2.4.4 Emergent (Un)markedness......................................55

2.5 Summary..........................................................58



3. SUNDANESE...........................................................59

3.1 Introduction.....................................................59

3.2 Allophonic Nasal Harmony.........................................63

3.3 Overapplication of Nasal Spread in Infixed Plurals...............68

3.4 Nasality in Other Morphological Environments.....................71

3.5 Alternatives.....................................................77

3.5.1 Cycles and Strata............................................77

3.5.2 Underspecification...........................................80

3.5.3 Lexicon Optimization.........................................82

3.5.4 Serial Optimality Theory.....................................83

3.5.4.1 Serial OT Cannot Maintain the Richness of the Input

Principle...........................................87

3.5.4.2 Typological Predictions of Serial OT..................89

3.6 Summary..........................................................96



4. TIBERIAN HEBREW.....................................................97

4.1 Introduction.....................................................97

4.2 Jussive/2fs Truncation..........................................103

4.3 Epenthesis......................................................109

4.3.1 Underapplication of Epenthesis..............................111

4.3.2 Rising Sonority Clusters: The Emergence of the Relatively

Unmarked (TETRU)..........................................115

4.3.3 Guttural Codas and ANCHORing................................119

4.3.4 Epenthesis Summary..........................................129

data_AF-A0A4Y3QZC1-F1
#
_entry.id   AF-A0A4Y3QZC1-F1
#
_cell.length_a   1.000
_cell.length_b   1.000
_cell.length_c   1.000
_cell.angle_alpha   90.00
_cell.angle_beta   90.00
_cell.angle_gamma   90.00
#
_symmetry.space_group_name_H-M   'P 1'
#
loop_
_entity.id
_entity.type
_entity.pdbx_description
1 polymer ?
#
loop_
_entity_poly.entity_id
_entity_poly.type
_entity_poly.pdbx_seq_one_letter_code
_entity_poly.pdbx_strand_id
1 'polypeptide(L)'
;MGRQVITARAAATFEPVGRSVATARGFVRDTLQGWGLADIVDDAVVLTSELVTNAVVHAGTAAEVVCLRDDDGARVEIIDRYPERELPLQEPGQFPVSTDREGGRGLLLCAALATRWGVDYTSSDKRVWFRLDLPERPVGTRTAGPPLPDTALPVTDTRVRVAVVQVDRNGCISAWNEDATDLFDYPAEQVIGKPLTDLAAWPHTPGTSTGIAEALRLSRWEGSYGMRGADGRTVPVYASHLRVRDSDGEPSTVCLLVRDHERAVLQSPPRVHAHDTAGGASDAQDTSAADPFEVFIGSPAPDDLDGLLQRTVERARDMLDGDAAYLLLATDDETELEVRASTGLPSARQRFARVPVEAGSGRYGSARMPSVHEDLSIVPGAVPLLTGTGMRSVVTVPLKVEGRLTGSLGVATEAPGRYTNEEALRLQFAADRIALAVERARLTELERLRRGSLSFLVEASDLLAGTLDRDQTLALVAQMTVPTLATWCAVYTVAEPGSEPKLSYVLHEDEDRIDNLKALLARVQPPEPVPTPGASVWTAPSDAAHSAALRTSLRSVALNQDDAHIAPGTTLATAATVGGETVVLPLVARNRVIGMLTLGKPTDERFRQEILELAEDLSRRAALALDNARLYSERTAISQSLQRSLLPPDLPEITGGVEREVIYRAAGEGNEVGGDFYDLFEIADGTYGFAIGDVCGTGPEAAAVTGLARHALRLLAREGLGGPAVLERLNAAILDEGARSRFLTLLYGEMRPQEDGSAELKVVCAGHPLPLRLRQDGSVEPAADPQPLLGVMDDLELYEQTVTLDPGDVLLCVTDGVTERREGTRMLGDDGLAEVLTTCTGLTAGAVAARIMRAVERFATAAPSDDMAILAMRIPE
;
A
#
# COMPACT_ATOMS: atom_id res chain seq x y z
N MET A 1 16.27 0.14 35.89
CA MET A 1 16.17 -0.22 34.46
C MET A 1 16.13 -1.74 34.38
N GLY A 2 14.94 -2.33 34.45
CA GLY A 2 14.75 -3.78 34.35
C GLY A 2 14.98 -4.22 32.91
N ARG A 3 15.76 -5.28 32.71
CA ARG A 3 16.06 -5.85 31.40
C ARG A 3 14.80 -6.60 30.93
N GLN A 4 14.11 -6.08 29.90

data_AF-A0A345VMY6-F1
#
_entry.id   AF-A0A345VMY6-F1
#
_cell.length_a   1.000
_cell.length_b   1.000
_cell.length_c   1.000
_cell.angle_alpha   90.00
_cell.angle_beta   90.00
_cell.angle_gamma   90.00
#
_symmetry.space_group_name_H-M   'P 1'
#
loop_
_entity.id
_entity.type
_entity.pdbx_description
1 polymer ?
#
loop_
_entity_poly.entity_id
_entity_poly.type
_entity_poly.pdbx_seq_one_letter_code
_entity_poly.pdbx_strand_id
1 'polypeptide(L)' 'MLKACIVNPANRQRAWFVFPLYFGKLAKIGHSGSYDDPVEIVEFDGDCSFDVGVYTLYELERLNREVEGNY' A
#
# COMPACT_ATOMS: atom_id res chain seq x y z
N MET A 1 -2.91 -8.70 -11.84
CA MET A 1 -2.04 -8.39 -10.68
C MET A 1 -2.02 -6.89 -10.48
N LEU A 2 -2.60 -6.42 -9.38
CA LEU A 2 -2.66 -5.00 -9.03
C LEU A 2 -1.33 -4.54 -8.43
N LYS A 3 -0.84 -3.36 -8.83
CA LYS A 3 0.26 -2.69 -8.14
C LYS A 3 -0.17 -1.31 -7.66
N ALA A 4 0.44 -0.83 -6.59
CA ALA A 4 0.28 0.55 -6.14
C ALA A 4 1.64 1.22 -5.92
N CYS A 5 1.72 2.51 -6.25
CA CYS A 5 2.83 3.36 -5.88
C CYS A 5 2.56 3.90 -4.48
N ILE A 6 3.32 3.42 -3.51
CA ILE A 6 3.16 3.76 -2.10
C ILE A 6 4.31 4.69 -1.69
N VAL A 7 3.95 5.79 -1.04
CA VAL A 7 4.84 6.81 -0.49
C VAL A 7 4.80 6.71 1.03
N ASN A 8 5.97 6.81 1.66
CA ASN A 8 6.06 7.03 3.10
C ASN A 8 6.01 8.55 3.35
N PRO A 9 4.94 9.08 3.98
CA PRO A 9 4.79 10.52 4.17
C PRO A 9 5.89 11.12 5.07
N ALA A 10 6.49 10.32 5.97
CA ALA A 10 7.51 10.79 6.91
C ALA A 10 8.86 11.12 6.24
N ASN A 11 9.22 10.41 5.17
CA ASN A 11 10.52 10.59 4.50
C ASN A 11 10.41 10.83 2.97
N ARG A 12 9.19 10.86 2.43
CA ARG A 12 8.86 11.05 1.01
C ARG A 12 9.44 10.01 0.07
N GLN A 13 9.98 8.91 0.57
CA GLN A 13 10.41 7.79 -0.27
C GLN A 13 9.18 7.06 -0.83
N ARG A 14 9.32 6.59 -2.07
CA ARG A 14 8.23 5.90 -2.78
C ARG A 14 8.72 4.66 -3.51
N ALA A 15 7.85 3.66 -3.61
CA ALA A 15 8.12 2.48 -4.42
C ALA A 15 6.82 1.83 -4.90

4.4 Spirantization..................................................130

4.4.1 Canonical Post-Vocalic Spirantization.......................131

4.4.2 Spirantization in Truncated Words...........................134

4.4.3 Opaque Spirantization.......................................138

4.5 Summary: Underapplication.......................................141

4.6 Imperative Truncation...........................................142

4.6.1 Imperatives are Truncated Words ............................144

4.6.2 Spirantization in Truncated Imperatives ....................149

4.6.3 Two Distinct OO-Correspondence Relations....................152

4.7 Serial Alternatives.............................................154

4.7.1 Rule-Based Theory...........................................154

4.7.2 Serial Optimality ..........................................158

4.8 Summary.........................................................161



5.ENGLISH..............................................................162

5.1 Introduction....................................................162

5.2 Stress..........................................................170

5.2.1 Stress in Unaffixed Words...................................172

5.2.2 Stress in Affixed Words.....................................175

5.3 Closure Effects.................................................179

5.3.1 Northern Irish Dentalization................................186

5.3.1.1 Canonical Allophonic Dentalization......................187

5.3.1.2 Dentalization in Affixed Words..........................190

5.3.2 Standard English Cluster Simplification.....................195

5.4 Aggressive Closure: Affixation to Bound Roots...................199

5.5 Summary of Results: Closure and Stress..........................204

5.6 Other Correlates of Affix Classhood.............................206

5.6.1 Compositionality and Productivity...........................206

5.6.2 Affix Ordering.............................................207

5.7 Serial Alternatives.............................................214

5.7.1 The Strong Domain Hypothesis and Structure Preservation.....215

5.8 Summary.........................................................225



6.CONCLUDING AND SPECULATIVE REMARKS...................................227

6.1 Transderivational Relations.....................................227

6.2 Affixal Phonology...............................................229

6.3 Inflected Bases.................................................235

6.4 Base Priority...................................................239

6.5 The Morphology-Phonology Interface..............................244
Type:Dissertation
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Article:Version 1